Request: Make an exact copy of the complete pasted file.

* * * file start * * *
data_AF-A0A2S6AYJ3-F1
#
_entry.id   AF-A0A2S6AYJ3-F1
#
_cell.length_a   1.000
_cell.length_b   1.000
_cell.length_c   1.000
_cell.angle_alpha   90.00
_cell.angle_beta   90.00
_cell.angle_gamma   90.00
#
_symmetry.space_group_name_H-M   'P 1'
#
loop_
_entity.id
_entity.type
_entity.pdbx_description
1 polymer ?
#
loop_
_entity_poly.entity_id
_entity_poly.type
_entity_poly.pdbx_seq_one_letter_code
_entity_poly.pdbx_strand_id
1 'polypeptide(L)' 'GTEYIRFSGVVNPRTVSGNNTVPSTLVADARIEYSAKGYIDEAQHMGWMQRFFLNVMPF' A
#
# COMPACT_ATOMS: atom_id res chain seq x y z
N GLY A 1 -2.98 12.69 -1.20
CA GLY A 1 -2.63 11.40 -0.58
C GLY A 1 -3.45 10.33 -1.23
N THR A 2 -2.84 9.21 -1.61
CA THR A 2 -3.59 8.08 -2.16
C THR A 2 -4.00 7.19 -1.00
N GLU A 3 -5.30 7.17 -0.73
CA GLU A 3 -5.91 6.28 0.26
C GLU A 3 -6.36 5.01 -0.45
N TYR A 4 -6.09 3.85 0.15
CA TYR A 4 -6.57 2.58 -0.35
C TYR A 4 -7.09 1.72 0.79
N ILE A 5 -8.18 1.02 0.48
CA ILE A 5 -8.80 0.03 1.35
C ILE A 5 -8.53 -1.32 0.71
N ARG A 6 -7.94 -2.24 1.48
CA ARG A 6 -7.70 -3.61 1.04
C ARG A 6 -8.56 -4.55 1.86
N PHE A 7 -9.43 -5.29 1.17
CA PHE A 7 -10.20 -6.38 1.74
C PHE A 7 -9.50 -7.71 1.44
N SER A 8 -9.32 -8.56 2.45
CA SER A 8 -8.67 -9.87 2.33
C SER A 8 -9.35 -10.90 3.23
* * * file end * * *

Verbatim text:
data_AF-A0A2S6AYJ3-F1
#
_entry.id   AF-A0A2S6AYJ3-F1
#
_cell.length_a   1.000
_cell.length_b   1.000
_cell.length_c   1.000
_cell.angle_alpha   90.00
_cell.angle_beta   90.00
_cell.angle_gamma   90.00
#
_symmetry.space_group_name_H-M   'P 1'
#
loop_
_entity.id
_entity.type
_entity.pdbx_description
1 polymer ?
#
loop_
_entity_poly.entity_id
_entity_poly.type
_entity_poly.pdbx_seq_one_letter_code
_entity_poly.pdbx_strand_id
1 'polypeptide(L)' 'GTEYIRFSGVVNPRTVSGNNTVPSTLVADARIEYSAKGYIDEAQHMGWMQRFFLNVMPF' A
#
# COMPACT_ATOMS: atom_id res chain seq x y z
N GLY A 1 -2.98 12.69 -1.20
CA GLY A 1 -2.63 11.40 -0.58
C GLY A 1 -3.45 10.33 -1.23
N THR A 2 -2.84 9.21 -1.61
CA THR A 2 -3.59 8.08 -2.16
C THR A 2 -4.00 7.19 -1.00
N GLU A 3 -5.30 7.17 -0.73
CA GLU A 3 -5.91 6.28 0.26
C GLU A 3 -6.36 5.01 -0.45
N TYR A 4 -6.09 3.85 0.15
CA TYR A 4 -6.57 2.58 -0.35
C TYR A 4 -7.09 1.72 0.79
N ILE A 5 -8.18 1.02 0.48
CA ILE A 5 -8.80 0.03 1.35
C ILE A 5 -8.53 -1.32 0.71
N ARG A 6 -7.94 -2.24 1.48
CA ARG A 6 -7.70 -3.61 1.04
C ARG A 6 -8.56 -4.55 1.86
N PHE A 7 -9.43 -5.29 1.17
CA PHE A 7 -10.20 -6.38 1.74
C PHE A 7 -9.50 -7.71 1.44
N SER A 8 -9.32 -8.56 2.45
CA SER A 8 -8.67 -9.87 2.33
C SER A 8 -9.35 -10.90 3.23